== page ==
In Career a Transition Run Towards the New Not From the Old
Recently I’ve received a number of inquiries from young and experienced professionals about career transitions. Their reasons for wanting a change range from it’s been two years since graduation and I now know what I want from a career to I’ve been doing this too long it’s time for a change. Those who have read my bio ask how I made my career transition. I’m telling my story in hopes it will help others develop an approach that gets them what they want.
Small incremental steps
My long-term goal getting out of college with a degree in sociology was to have a career in advertising. I was certain that what I learned about social behavior was relevant and needed. I was ready to take on San Francisco, but when I graduated San Francisco was a transient city. Many employers believed a new college grad would never hang around long enough to be any value to the organization. Getting a job in advertising that hadn’t realized the value in strategic planning quite yet, and in a city that had very few ad agencies proved impossible. I knew there had to be another way to achieve my goal. Hiking on Mt. Tam I conceived a plan, a plan I used for many years.
- Get the best job I could get in a big named company. (At the time, I didn’t know there was such a thing as the Fortune 500.)
- Take advantage of the training and development offered me from company programs, managers and mentors.
- Find ways to differentiate myself from my peers to get noticed by upper management.
- Know the next position I wanted and work (and dress) towards it.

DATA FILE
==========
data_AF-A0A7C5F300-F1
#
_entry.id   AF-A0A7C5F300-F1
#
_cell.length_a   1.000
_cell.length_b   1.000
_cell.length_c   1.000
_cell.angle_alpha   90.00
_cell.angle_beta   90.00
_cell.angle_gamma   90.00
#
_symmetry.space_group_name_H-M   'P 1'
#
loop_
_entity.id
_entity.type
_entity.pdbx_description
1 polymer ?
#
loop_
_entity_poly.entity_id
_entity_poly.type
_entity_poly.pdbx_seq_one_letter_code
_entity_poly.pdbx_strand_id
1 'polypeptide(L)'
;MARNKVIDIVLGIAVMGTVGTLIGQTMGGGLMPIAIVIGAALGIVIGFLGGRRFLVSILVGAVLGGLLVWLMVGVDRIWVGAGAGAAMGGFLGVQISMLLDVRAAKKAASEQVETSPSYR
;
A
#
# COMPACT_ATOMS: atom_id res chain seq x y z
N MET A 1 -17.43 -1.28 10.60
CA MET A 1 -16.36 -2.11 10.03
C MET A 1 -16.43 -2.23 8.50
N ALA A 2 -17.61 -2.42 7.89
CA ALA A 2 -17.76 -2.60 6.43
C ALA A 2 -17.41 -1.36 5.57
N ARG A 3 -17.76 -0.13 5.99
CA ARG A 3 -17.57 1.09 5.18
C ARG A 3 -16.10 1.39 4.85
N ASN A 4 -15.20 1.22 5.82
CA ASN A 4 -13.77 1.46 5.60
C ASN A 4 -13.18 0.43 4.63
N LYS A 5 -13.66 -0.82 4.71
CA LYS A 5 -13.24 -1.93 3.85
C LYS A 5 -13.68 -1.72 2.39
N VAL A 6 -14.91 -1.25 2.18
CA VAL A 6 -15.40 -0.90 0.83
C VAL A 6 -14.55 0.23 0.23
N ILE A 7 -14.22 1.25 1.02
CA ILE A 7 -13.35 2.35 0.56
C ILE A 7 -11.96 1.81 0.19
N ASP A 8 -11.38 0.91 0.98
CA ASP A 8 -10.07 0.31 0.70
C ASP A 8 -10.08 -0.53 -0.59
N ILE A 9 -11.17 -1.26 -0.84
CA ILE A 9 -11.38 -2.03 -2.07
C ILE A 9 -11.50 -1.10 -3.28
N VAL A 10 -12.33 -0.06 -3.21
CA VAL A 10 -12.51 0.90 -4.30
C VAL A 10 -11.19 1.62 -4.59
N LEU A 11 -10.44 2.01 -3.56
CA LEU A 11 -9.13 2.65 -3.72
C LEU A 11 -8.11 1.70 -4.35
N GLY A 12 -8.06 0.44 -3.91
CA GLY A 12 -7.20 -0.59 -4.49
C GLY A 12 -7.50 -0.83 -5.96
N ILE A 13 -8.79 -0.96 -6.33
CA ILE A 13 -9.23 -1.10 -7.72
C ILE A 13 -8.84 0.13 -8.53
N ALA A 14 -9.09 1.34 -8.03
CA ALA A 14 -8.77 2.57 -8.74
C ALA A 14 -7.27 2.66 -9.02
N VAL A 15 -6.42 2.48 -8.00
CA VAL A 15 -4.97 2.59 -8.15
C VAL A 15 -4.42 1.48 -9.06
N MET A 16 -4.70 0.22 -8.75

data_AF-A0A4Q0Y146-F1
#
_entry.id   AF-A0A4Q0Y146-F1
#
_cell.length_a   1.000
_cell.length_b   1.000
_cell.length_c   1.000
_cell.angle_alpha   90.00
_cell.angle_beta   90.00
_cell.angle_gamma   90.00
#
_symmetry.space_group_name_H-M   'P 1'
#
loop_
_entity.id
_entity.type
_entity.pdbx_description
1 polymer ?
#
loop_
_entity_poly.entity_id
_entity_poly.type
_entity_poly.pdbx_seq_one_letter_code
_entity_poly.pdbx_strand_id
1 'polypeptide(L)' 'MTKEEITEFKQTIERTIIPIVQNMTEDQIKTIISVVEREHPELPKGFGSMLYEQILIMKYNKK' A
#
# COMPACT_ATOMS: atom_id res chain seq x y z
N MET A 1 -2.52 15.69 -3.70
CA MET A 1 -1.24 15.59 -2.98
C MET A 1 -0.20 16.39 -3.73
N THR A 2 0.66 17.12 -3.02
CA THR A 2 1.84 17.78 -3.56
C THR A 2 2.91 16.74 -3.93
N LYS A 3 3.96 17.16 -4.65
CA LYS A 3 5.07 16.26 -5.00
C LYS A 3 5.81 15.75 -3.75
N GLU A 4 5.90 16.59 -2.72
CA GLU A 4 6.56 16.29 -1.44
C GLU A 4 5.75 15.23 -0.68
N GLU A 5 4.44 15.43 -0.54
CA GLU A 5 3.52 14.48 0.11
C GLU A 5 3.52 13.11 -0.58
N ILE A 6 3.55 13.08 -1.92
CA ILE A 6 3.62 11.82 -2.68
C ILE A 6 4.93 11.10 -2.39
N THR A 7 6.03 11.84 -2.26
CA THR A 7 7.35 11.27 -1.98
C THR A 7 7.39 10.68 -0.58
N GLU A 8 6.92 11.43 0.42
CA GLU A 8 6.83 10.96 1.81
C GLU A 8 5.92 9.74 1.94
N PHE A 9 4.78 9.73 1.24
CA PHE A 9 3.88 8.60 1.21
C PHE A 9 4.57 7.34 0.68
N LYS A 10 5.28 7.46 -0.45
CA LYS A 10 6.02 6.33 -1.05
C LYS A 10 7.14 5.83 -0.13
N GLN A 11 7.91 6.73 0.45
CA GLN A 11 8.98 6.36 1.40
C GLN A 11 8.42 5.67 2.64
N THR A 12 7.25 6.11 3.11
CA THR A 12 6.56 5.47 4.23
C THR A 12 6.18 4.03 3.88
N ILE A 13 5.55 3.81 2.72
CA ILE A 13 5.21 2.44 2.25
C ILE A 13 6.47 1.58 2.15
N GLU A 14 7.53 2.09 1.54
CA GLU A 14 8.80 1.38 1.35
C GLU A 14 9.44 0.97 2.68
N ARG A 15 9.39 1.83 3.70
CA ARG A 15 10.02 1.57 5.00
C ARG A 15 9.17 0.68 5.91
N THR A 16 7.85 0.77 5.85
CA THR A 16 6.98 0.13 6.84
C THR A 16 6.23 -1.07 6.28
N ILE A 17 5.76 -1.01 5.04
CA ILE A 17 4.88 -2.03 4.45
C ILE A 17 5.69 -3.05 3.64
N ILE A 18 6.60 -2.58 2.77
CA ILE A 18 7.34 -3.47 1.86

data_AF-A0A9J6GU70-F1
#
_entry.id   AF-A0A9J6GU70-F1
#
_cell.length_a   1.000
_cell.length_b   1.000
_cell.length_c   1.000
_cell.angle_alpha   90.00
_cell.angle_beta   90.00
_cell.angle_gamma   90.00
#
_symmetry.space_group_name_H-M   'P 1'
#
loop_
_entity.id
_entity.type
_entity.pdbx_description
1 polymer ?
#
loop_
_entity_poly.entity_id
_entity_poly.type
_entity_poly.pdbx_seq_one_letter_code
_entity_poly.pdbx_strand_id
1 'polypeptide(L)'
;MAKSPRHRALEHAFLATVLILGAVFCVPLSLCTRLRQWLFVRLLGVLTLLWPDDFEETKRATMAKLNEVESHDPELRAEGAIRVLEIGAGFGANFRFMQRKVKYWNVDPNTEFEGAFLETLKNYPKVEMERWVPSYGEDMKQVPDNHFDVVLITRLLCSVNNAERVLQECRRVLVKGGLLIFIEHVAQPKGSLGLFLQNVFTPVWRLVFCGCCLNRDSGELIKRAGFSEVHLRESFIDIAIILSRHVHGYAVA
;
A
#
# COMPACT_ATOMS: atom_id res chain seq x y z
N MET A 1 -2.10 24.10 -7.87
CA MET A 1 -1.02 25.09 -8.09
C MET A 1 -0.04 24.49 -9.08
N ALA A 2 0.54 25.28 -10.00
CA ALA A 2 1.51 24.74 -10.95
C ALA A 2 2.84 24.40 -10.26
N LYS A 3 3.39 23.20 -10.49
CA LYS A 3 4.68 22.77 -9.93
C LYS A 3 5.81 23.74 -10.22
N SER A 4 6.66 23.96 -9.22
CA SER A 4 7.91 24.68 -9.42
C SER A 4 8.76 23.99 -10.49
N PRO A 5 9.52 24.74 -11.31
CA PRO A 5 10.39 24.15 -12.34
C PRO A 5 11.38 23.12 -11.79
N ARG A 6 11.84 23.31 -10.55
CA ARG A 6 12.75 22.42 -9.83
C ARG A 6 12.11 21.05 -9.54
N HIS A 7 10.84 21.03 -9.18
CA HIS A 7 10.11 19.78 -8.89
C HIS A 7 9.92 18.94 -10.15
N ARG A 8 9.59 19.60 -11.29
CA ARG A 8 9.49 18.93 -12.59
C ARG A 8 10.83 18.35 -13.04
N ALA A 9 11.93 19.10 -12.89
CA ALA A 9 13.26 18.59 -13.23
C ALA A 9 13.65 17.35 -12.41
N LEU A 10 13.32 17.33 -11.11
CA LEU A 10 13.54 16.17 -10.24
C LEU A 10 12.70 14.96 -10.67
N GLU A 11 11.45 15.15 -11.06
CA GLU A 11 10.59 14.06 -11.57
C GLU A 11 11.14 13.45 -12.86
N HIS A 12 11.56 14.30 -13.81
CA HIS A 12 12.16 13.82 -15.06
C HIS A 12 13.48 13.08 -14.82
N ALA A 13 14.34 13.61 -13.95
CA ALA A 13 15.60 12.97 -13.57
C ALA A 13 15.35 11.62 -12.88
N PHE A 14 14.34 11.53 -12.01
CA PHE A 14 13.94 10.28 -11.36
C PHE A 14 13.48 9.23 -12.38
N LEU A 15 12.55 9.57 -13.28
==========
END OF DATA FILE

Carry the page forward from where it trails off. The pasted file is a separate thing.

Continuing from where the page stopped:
- Recognize when to stay and when to go (it was a tough decision to leave The Gillette Company.)
- Recognize that long-term goals can and do change.
That plan took me from sales to marketing (not advertising per se) to operations and membership for a non-profit. I suppose some might think that I made three career changes. I don’t. Rather I was building a deep and broad skill set, gained experience and leveraged what I was doing to get me to where I wanted to be. Incremental steps.
When it’s time to make a career change
The time did come when my career was no longer satisfying. What I needed and wanted from a career had changed yet I was holding on to goals that frankly, I hadn’t given much thought to in a long time. I came to a reflection point, and as a planner, I developed an approach to figure out my plan and then created the plan to figure out a career and make a transition. Whether you’re two years into your career or fifteen, this can work for you.
Listen to people who know you professionally and personally to identify what your skills and talents are; the things they value the most about you. Question, probe and if possible get your group together to discuss you. It was uncomfortable at times to hear what people said about me, but it was one of the best learning experiences I’ve had. Yes, these people are still in my life and I continue to value their input.
Synthesize the information to create your positioning. I won’t bore you with the bullet points or the story that explains the following, but Amy Kraushaar a smart, strategic, clever marketer coined the phrase that captures me the best, Jane Saves the Beagles.
Figure out the careers that need your skills and talents. Brainstorm ideas then research those that resonate the most with you making sure your skills, talent and experience are transferrable and applicable. I love films and one of my ideas was to be a film critic but there is nothing in my experience or skill set that suggests I would succeed at that career. A dose of realism is helpful.
Develop evaluation criteria to improve decision-making. Know if careers and the jobs within those careers meet your needs and wants. It’s about fit.
Turn insights into action. With all that you’ve learned, create your plan. What employers? What jobs? Deadlines, action steps etc. to hold yourself accountable. Target and track.
The one thing I hope you take away from my experience: You run towards the new not from the old.